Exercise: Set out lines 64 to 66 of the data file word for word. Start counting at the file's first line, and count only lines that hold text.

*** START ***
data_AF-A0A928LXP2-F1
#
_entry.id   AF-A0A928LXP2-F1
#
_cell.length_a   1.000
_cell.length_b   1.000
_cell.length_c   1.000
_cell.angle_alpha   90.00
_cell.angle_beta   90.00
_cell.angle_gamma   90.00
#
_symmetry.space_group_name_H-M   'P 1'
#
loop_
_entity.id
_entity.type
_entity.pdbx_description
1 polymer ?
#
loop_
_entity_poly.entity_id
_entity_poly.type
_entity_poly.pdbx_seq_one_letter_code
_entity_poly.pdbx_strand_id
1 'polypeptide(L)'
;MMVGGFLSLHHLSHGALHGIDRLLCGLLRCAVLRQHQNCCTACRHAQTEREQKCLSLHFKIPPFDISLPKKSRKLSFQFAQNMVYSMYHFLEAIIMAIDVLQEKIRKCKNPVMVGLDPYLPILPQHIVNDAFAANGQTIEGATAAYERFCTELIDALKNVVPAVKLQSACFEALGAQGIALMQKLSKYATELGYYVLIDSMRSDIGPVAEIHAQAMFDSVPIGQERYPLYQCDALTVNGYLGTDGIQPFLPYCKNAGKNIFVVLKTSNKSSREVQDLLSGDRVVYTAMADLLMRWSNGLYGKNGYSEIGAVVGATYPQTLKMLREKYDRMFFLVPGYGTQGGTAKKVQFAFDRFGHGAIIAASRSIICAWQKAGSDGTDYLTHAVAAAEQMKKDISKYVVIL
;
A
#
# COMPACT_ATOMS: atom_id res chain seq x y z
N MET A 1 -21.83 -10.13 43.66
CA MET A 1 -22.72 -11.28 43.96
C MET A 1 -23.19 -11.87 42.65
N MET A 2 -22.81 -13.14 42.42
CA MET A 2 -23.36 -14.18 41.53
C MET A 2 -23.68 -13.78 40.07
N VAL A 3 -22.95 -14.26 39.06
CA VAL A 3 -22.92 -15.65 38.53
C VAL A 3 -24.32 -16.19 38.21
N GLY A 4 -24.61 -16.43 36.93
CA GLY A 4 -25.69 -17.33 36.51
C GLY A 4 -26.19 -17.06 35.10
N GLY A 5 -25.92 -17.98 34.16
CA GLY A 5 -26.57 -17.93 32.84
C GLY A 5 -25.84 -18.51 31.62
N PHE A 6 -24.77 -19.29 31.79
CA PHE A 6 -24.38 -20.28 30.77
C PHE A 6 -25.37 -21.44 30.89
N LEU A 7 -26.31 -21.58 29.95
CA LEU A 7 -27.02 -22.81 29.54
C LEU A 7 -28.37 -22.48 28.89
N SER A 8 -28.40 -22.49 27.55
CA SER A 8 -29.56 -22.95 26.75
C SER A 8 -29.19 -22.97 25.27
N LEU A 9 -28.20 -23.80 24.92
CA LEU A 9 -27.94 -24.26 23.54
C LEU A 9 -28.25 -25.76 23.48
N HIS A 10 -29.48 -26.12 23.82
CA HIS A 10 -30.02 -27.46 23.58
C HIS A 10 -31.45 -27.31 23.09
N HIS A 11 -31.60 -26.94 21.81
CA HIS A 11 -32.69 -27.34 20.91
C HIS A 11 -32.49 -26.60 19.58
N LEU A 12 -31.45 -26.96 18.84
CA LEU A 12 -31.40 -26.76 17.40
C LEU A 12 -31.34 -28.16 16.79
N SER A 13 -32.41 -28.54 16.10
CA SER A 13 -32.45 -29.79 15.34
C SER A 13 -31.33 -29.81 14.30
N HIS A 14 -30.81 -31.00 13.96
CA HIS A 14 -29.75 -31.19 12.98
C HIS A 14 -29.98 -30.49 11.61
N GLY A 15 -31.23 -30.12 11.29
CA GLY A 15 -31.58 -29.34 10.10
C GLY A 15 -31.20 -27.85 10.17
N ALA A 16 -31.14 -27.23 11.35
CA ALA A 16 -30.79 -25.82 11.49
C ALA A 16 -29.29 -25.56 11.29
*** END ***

N LEU A 12 -31.45 -26.96 18.84
CA LEU A 12 -31.40 -26.76 17.40
C LEU A 12 -31.34 -28.16 16.79